Australia v West Indies, 2nd ODI, Perth February 3, 2013

Bailey and Starc set up Australia win


Australia 7 for 266 (Bailey 125*, Sammy 3-48) beat West Indies 212 (Powell 83, Starc 5-32, Maxwell 4-63) by 54 runs
Scorecard and ball-by-ball details

On Friday, West Indies batted first and were bowled out at the WACA for 70. Two days later, Australia were sent in at the same ground and were 6 for 98. Another short day's play loomed. But George Bailey's maiden international century changed all of that and drove Australia to a scarcely believable 7 for 266 - after the match he said he had considered anything more than 200 a bonus - and Mitchell Starc's second consecutive five-wicket haul confirmed Australia's 54-run victory.

The Perth fans who returned after seeing only 33.1 overs in the first match were certainly rewarded for their dedication. Not only did they see Bailey's remarkable unbeaten 125, they were also treated to some dazzling fielding from West Indies and some powerful striking in their unsuccessful chase. Kieran Powell and Dwayne Bravo struck two sixes each as they kept West Indies in the contest, but just as entertaining were the four sixes Sunil Narine took off the first four balls of a Glenn Maxwell over late in the game.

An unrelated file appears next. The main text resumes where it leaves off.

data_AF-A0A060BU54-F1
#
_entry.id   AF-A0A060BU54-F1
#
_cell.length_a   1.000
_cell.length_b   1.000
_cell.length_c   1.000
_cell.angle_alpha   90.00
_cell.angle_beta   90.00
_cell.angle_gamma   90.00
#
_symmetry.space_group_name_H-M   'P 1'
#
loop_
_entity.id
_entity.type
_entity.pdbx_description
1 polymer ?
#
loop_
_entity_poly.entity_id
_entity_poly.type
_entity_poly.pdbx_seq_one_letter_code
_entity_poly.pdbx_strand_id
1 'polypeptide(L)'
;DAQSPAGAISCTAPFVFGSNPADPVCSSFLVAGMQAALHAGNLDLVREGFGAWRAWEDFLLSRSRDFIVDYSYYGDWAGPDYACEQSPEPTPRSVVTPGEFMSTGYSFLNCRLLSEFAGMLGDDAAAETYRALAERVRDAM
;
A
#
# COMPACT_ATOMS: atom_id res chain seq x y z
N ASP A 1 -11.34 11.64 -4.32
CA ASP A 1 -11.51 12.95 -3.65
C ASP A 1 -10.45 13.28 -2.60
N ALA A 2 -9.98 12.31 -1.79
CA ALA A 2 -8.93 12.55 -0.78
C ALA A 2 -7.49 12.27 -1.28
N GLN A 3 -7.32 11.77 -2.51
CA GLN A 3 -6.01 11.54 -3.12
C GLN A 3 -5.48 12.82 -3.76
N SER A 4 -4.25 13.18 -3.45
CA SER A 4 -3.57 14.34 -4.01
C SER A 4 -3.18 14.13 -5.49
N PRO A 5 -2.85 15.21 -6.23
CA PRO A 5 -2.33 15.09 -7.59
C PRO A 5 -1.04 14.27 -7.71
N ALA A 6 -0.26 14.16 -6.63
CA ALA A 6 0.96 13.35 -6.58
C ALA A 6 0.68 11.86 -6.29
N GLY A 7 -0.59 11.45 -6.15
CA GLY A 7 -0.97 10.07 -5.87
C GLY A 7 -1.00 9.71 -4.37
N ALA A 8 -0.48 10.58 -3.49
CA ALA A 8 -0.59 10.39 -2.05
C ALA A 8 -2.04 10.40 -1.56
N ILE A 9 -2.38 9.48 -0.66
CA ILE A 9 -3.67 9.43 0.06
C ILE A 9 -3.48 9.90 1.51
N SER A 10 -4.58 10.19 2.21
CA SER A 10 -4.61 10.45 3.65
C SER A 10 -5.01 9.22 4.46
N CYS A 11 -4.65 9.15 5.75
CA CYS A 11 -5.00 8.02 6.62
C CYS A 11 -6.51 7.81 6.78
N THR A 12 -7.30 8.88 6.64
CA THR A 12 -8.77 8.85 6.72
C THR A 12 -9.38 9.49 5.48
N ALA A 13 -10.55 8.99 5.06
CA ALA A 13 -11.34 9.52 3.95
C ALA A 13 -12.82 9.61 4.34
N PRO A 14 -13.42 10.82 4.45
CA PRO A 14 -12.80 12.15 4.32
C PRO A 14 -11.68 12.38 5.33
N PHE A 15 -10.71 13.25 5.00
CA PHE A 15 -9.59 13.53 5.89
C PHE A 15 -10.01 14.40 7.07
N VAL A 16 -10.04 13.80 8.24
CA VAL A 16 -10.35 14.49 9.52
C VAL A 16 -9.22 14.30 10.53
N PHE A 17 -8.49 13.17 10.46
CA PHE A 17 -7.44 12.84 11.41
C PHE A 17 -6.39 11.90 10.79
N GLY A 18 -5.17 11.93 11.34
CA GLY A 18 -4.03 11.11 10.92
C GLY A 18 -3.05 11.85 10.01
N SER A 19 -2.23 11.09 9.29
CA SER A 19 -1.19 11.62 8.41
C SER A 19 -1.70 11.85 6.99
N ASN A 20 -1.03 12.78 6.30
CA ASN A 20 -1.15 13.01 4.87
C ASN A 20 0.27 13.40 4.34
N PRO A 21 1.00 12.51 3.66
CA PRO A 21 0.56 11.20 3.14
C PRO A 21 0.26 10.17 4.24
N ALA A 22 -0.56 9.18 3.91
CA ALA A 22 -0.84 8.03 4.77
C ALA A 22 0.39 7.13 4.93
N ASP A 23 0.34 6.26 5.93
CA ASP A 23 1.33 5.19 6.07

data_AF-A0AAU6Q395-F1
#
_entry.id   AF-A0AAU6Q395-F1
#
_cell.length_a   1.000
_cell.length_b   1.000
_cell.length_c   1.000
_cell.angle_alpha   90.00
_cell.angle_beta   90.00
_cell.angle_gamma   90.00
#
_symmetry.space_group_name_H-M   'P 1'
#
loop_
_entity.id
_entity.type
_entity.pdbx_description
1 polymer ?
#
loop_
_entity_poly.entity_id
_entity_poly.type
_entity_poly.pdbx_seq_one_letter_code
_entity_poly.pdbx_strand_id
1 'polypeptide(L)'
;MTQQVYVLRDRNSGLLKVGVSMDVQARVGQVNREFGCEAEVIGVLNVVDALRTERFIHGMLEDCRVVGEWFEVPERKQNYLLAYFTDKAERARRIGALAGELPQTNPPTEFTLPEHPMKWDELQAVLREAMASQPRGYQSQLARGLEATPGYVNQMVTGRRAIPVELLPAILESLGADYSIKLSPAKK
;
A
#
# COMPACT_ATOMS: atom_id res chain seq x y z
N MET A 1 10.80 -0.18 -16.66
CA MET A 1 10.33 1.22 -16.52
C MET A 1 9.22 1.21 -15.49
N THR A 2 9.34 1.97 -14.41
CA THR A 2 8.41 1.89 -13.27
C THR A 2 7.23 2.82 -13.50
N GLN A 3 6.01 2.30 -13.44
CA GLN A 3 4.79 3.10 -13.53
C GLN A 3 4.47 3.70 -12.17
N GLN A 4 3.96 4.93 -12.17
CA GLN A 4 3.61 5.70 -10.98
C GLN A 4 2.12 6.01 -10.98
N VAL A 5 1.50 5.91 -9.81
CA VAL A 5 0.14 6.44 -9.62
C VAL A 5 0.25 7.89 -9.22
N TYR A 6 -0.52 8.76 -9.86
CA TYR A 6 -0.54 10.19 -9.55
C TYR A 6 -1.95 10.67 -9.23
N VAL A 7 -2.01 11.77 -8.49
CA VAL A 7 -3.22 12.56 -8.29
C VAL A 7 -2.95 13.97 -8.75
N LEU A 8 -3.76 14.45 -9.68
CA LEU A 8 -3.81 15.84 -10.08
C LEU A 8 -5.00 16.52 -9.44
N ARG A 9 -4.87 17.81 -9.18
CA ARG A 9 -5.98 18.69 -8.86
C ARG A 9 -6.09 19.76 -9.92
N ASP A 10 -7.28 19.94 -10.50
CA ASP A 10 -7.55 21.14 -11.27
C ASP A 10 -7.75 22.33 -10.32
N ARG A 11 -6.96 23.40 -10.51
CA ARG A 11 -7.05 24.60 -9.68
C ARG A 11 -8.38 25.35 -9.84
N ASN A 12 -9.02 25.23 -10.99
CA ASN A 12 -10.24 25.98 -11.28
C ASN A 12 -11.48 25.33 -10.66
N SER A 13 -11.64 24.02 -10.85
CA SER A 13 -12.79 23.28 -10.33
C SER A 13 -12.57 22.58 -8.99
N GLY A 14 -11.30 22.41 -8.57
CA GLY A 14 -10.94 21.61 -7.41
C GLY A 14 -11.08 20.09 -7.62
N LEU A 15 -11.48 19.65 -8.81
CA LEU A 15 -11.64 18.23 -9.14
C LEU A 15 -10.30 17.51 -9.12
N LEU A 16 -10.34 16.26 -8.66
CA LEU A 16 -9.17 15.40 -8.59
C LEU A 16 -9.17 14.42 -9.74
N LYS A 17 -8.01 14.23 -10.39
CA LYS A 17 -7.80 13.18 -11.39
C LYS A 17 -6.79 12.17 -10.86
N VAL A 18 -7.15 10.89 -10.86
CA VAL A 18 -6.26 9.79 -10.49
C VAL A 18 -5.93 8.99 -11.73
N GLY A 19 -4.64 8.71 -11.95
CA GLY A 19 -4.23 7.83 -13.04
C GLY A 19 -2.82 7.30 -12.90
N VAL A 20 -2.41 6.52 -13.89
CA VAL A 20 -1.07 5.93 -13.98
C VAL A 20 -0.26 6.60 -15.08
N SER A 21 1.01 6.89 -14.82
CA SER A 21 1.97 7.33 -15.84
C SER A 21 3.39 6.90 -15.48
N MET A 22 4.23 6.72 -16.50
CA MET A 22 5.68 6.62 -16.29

Maxwell had his revenge later in the over when Narine was stumped for 24 off six balls. If he hadn't already found out during the day, Maxwell would also have been greeted when he left the field by the news that he had sold for a $1 million price tag in the IPL auction that unfolded while the Australians were playing. It was quite a way to cap off a match in which he took 4 for 63, his first wickets at ODI level. Among them were Bravo, caught behind for 45, and the dangerous Kieron Pollard and Darren Sammy cheaply.

When the final wicket fell, Jason Holder run out in the 39th over, West Indies had reached 212, still well short of their goal. The damage had mostly been done at the top of the order by Starc, who found plenty of swing in his first spell and pitched the ball full and straight. Chris Gayle (4) was the first to fall, missing a ball that slanted in towards the off stump, and continued his poor run of form.

In the same over, Starc's first of the innings, Ramnaresh Sarwan was also trapped lbw to a delivery that pitched in line and swung back in to the right-hander. Sarwan did not manage to get his bat anywhere near the ball and his second-ball duck meant he would leave Perth yet to get off the mark in the series, having also scored a duck in the first ODI on Friday. Darren Bravo (14) was Starc's third lbw and his dismissal left West Indies wobbling at 3 for 33.